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Lottery Lump Sum Payments
So you have won the lottery, congratulations! Whether you won a substantial amount or a more modest sum, you now have a decision to make about how you will collect your earnings. In this article, we will define what a lottery lump sum is when compared with an annuity, as well as the pros and cons of each, and how you can go about collecting your lump sum payment.
What Is a Lottery Lump Sum?
A lottery lump sum is when a lottery winner receives their full amount of lottery winnings all at once, rather than receiving scheduled payments over a period of time, which would be the case with an annuity payment plan.
Pros and Cons of a Lump Sum vs Annuity After Winning the Lottery
A lump sum can have significant benefits or downfalls depending on your lifestyle, financial needs, and future financial goals, however, so can annuity. That is why it is so important to review the positives and negatives of going with a lump sum vs annuity payment for your lottery earnings before finalizing your decision. Here are a few things to consider as mentioned by Forbes.com:
After winning the lottery, those who go with a lump sum payment might be tempted to spend more money than they should on material items, thus reducing their earnings significantly, even leading to financial trouble as a result. However, a lump sum payment does make it easy for recipients to purchase necessities such as a new house or car if they need it.
An annuity forces lottery winners to continue life much as they did before, with enough money to live comfortably. However, should financial troubles arise, or an opportunity for a major purchase such as a house or car become a necessity, annuity recipients will not be able to change their payment plan or withdraw a set amount from their total earnings to pay for those amenities upfront.
Taxation is another area where the benefits of lump sum payments and annuity payments differ. Those who decide they want to go with a lump sum payment for their lottery earnings should expect a decrease in earnings due to income tax.
If a lottery winner earns hundreds of millions of dollars and they go with the lump sum payment option, then that significant amount of money is considered income, which is therefore taxable by the government.
What this means is that they are now considered working citizens in the highest tax bracket, so the government will take a little over 30% of their earnings in income taxes for that first year. For example, if a lottery winner gets $100 million dollars and goes with a lump sum, they will actually only receive about $70 million of it after taxes.
USAMega.com provides a Powerball Jackpot chart with estimates for gross winnings and net cash, by state, for the current Powerball jackpot.
In contrast, lottery winners who go with an annuity payment plan will not have their total earnings reduced by government taxation all at once like with a lump-sum payment, because the amount they receive each month does not place them in the highest tax bracket in terms of income. This allows them the potential to actually earn more over a period of time due to interest rates and a lack of income tax on their entire earnings. However, there is no guarantee of this, especially if there is an economic downturn.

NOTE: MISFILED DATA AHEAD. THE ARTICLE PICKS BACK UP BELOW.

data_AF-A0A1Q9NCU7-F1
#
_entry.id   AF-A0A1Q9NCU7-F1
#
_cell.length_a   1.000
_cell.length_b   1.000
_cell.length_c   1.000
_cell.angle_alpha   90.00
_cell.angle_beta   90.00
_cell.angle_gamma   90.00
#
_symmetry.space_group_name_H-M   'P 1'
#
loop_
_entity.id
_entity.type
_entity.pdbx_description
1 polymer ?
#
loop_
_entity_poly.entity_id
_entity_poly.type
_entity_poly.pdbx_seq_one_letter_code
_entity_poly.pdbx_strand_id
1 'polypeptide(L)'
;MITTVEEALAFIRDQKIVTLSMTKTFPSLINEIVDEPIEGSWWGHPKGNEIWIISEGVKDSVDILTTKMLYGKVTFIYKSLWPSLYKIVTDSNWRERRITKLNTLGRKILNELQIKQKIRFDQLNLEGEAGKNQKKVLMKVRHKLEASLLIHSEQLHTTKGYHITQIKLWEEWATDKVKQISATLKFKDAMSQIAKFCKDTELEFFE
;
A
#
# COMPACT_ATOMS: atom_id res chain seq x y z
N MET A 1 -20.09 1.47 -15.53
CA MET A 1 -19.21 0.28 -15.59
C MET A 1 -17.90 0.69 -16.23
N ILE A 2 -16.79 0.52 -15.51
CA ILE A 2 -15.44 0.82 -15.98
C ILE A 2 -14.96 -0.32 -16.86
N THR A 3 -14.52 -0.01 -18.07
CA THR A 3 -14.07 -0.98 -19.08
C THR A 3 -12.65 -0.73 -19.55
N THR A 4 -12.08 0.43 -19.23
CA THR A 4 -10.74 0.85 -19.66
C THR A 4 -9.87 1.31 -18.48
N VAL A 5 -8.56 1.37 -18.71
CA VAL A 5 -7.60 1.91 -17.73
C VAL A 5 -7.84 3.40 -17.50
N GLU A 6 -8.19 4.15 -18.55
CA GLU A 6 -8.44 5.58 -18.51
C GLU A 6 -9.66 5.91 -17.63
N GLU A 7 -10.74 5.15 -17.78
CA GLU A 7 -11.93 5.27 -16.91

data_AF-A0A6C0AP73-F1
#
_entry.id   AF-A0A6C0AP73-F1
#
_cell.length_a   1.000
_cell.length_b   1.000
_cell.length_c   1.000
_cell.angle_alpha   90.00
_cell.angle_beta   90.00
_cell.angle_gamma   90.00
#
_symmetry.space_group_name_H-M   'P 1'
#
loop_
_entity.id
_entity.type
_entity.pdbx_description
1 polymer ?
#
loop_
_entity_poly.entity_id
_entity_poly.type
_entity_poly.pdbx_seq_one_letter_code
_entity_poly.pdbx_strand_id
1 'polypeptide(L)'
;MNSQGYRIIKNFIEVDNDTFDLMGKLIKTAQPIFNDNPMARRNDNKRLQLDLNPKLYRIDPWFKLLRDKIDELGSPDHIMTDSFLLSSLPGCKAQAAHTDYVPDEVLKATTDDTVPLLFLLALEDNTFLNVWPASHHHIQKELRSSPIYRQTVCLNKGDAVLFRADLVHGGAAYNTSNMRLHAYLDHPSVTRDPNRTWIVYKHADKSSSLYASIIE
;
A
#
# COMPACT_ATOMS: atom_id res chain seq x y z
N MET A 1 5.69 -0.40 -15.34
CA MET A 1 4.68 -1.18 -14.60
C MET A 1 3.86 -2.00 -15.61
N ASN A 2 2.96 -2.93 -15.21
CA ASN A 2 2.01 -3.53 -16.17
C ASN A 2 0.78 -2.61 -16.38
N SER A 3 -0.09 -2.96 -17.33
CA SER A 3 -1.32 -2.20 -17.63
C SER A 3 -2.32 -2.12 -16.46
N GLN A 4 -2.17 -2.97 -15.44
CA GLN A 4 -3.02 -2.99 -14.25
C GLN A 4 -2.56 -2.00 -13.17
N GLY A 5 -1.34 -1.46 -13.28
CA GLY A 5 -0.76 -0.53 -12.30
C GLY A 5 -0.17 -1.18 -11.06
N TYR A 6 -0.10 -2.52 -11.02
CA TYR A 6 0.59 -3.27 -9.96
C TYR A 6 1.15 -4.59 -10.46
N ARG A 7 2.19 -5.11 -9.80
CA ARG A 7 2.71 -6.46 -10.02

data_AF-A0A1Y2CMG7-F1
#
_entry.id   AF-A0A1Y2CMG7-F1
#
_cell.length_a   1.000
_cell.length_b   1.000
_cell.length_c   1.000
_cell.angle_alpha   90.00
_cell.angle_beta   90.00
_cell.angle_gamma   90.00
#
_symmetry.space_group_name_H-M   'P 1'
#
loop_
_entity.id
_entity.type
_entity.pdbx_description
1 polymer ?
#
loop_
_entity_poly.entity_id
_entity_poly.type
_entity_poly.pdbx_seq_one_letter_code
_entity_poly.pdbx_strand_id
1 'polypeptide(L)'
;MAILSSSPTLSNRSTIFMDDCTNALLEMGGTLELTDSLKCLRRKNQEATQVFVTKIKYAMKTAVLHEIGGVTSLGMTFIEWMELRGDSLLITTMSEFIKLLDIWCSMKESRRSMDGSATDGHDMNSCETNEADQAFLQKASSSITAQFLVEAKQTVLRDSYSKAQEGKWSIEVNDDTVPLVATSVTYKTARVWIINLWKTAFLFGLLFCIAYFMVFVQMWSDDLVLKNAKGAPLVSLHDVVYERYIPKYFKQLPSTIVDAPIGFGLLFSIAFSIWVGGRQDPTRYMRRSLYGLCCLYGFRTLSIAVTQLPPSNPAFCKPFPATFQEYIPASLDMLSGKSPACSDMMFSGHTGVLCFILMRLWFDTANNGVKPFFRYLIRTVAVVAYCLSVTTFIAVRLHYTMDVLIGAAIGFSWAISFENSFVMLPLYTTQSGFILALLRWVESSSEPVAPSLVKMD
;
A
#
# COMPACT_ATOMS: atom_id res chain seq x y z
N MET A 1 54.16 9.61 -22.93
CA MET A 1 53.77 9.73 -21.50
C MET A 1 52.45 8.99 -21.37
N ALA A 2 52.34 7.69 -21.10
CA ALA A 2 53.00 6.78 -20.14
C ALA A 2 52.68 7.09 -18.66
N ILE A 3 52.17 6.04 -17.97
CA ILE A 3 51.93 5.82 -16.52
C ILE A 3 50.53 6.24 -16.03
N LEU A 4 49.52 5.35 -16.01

Another factor where lump sum payments and annuity payments differ is the value they bring to recipients. Both of these create benefits and setbacks depending on a recipient’s intentions for their earnings. For example, going with a lump sum payment for your lottery earnings is beneficial if you want your earnings to go to your spouse, children, or grandchildren in your will.
This is because a lump sum payment secures those funds for them later on. Once you get your lump sum payment and taxation is applied, that money is yours so it can go where you want it to, even after you die.
However, depending on how old you are when you win the lottery and how much money you win, a lump sum payment might not be a sustainable option for you to live off of, so there might be little left for your heirs to receive.
In contrast, annuity payments offer a consistent series of payments that could increase in value over time, hence increasing your monthly income. This might be a more beneficial option for those looking to live off of their lottery winnings for the rest of their life. However, once you die, there is no guarantee of these payments going to your spouse or immediate heirs, so if you want them to benefit, you might be better off going with a lump sum payment.
MegaMillions.com points visitors to a resource to find Certified Public Accountants for financial advice.
How Does the Lottery Payout Work for Lump Sum Payments?
According to thelotter.com, once you win the lottery, you need to follow the instructions as listed by your state’s lottery system. Most likely, you will either need to request a mail form or go to the lottery office in person with your winning ticket, valid I.D., and financial information such as your social security number and bank account information. Here, you will be able to select your preferred payment option. If you decide to go with a lump sum payment, you might have to wait a few weeks for it to be processed and added into your bank account.
It is important to note that if your lottery winnings are significantly large (i.e., millions of dollars), you should go to your state’s lottery office in person to make sure you do not lose your ticket, and so that you can meet with a lottery representative to work through the process of claiming such a large amount of money.
Sell Your Lottery Annuity
Once you have decided on a lump sum payment or annuity payment plan, you can now take additional measures to get the most out of your winnings. Contact a Paymaster representative today if you chose to receive annuity payments but now desire a lump sum payment.